Archbishop Offers to Dialogue with Young People

A “huge new generation is emerging whose faith has to be nourished in a new way”.

Archbishop Diarmuid Martin of Dublin has expressed his horror at the reports of Christians being crucified in the Middle East by militant Islamist groups such as IS.

In his homily to mark the 40th anniversary of the parish of the Church of the St Paul of the Cross, Mount Argus in Dublin, the Archbishop stated, “All of us are horrified today when we hear news of people being crucified in our times. It is an atrocious form of punishment.”

Explaining the Church’s celebration of the Feast of the Exaltation of the Holy Cross, the Archbishop said the Cross is central to an understanding of the Catholic Faith.

He noted that the Cross was an infamous instrument of torture and punishment, considered in its time “a punishment for those who had been cursed by God or who were a toxic danger to society”.

Yet for Christians, he said, this instrument of horrifying death is celebrated as a totally different reality. “For the Christian, the Cross is an instrument of salvation,” he said.

“Rather than being considered an instrument of cruel punishment, the Cross of Jesus Christ has become something which reveals the love of God and the depth of that love.”

Elsewhere in his homily, Archbishop Martin spoke about the nature of a parish, in the context the parish of Mount Argus’ 40th anniversary.

A parish is not something that is anonymously carved out on a map, a purely canonical or administrative creation, he warned.

“Parish life is focused on the celebration of the Eucharist, the mystery of Jesus’ Cross and Resurrection. The life of a parish is then formed through the life of the Sacraments, through which faith in Jesus enters into our hearts,” he said on Sunday.

He said forty years ago any Dublin parish was outwardly very different to what it looks like today and parishes are still changing today.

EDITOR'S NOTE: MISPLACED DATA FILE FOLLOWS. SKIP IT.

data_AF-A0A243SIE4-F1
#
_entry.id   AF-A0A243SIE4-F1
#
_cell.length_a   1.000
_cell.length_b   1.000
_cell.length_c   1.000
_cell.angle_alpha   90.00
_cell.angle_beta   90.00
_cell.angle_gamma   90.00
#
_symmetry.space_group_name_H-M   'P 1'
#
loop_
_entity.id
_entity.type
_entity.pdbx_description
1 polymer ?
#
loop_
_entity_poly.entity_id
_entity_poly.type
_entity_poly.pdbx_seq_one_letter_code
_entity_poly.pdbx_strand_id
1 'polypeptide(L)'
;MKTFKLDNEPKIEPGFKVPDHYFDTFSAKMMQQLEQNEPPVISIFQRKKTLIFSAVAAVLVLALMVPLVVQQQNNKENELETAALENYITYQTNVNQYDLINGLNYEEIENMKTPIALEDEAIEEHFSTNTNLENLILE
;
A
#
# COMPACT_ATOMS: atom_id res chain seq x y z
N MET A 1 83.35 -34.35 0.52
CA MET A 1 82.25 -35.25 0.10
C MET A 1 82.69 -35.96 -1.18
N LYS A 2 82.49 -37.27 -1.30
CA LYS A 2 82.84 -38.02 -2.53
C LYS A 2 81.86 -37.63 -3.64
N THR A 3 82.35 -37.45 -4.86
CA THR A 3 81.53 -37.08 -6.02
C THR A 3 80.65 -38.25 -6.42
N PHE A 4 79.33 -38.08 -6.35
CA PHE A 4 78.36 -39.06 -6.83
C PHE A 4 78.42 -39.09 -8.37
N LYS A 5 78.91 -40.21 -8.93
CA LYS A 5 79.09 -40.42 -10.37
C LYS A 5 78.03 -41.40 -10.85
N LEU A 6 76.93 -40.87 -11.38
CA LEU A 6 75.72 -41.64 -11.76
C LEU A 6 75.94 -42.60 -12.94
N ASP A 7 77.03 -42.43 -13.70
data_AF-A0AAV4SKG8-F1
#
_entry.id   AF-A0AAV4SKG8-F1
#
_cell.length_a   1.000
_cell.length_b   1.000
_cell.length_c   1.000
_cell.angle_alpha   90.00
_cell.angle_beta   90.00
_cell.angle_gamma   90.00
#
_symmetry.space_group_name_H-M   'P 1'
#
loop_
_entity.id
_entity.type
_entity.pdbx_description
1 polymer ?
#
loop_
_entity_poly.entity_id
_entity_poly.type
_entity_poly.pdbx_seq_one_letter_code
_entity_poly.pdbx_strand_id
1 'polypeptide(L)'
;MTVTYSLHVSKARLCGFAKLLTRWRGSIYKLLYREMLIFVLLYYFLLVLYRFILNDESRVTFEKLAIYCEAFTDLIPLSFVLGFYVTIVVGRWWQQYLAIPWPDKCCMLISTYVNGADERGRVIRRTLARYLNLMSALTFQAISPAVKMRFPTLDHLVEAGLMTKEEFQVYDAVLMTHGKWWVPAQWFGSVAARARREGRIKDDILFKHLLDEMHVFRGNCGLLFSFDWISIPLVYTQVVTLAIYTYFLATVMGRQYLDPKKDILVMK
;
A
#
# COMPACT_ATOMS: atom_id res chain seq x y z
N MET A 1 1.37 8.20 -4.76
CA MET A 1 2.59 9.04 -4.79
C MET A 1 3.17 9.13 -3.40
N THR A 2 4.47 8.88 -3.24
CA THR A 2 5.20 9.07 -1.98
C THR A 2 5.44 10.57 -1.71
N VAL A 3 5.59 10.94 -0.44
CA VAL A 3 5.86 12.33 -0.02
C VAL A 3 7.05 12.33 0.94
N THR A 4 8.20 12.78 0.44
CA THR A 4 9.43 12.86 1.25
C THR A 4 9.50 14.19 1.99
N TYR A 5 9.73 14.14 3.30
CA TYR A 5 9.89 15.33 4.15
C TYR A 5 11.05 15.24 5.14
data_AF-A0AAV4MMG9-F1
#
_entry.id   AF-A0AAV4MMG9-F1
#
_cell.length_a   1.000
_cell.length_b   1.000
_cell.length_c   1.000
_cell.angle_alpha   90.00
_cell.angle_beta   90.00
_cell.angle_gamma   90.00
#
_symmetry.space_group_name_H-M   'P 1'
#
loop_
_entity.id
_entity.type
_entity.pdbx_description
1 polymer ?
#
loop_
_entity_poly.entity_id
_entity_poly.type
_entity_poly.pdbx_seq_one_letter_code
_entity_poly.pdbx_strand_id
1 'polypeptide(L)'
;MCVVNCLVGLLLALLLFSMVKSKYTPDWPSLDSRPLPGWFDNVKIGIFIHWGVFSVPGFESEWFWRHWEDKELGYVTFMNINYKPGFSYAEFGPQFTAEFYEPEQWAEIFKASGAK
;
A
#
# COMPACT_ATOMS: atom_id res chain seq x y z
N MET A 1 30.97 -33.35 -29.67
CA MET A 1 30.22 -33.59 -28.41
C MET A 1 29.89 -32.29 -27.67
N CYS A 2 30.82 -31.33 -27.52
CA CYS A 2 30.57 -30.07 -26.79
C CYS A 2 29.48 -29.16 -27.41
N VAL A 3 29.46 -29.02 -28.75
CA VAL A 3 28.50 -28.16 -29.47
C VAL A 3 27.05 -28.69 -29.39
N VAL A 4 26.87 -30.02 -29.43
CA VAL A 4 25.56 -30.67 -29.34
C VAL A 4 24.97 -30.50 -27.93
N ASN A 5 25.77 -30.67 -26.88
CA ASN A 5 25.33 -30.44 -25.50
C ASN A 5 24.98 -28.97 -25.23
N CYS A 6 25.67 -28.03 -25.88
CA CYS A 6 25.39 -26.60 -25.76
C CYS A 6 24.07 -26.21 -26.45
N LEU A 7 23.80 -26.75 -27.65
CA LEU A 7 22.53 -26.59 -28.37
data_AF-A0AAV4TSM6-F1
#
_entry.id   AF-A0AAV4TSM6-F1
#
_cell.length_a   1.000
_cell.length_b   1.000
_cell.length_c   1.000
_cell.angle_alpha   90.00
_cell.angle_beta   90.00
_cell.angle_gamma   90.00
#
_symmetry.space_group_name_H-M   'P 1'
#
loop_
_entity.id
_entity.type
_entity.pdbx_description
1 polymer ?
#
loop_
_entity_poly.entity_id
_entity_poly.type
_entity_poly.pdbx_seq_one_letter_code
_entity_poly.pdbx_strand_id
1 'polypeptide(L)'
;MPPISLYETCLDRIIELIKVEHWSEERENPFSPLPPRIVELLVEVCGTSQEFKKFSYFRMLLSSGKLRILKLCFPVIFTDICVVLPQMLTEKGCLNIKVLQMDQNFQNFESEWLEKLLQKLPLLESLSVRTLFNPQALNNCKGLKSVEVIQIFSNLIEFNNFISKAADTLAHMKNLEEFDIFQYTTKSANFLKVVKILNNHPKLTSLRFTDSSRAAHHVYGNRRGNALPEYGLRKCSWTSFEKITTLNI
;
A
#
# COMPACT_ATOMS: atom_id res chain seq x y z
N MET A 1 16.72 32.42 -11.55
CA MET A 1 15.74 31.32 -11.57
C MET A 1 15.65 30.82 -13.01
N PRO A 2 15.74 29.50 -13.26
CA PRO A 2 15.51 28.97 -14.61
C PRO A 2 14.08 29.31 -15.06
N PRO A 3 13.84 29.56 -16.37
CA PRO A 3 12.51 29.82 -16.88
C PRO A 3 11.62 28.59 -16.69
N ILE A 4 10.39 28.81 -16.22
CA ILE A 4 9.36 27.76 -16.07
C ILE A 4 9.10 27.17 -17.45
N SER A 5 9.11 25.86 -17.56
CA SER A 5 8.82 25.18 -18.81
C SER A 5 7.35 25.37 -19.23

“When I visit parishes I look out to see originally how many confessionals were in the parish church. Today a parish which might have had eight confessionals may now only have one priest.”

The life of a parish changes with the changes of the times. Some of that change – such as the dramatic reduction in the number of priests – is distressing.

He stressed that the life of parishes today flourishes in a way which perhaps did not happen in the past.

“A parish is not the property of the parish priest or the bishop. The parish is a living organism which involves every dimension of the Christian life and involves every parishioner,” he said in his homily.

The Archbishop highlighted that the parish of the future will look different. “There will be a much greater participation of the entire community of believers, each exercising his or her specific role and calling fully and never just as a passive sleeping member as if in a club or organisation.”

According to Archbishop Martin, the centre of Parish life is always the celebration of the Eucharist and the other sacraments should normally take place within that celebration or with a clear focus on their link to the Eucharist.

“The parish must then be the place where Eucharist is lived. Eucharist is lived through prolonging the service of love which is the essence of the Eucharist into every dimension of parish life and the beyond that into society.”

Referring to the Passionist Fathers mission work, the Archbishop said that work remains vital.

“But today there is a call to new forms of mission, new ways of reaching out beyond the Church doors to bring the saving message of Jesus to those whose faith has become shallow and less relevant to the way they consider their lives.”

Referring to the fact that almost 16% of the population in the archdiocese of Dublin is under the age of nine, Archbishop Martin said a “huge new generation is emerging whose faith has to be nourished in a new way.”

In that context, every parish should be reaching out to young people, he suggested.

“I said last week to the hundreds of young helpers with us on the Dublin Diocesan Pilgrimage to Lourdes that very often the Church has failed to listen to young people and that I want to hear their views on the Church and on faith,” he stated.

“Their response was positive and I gave them an email contact with which they can dialogue directly with me. We have to show young people that the Church is interested in them and has confidence in them as they prepare to live in a future which is their world,” he said.

 

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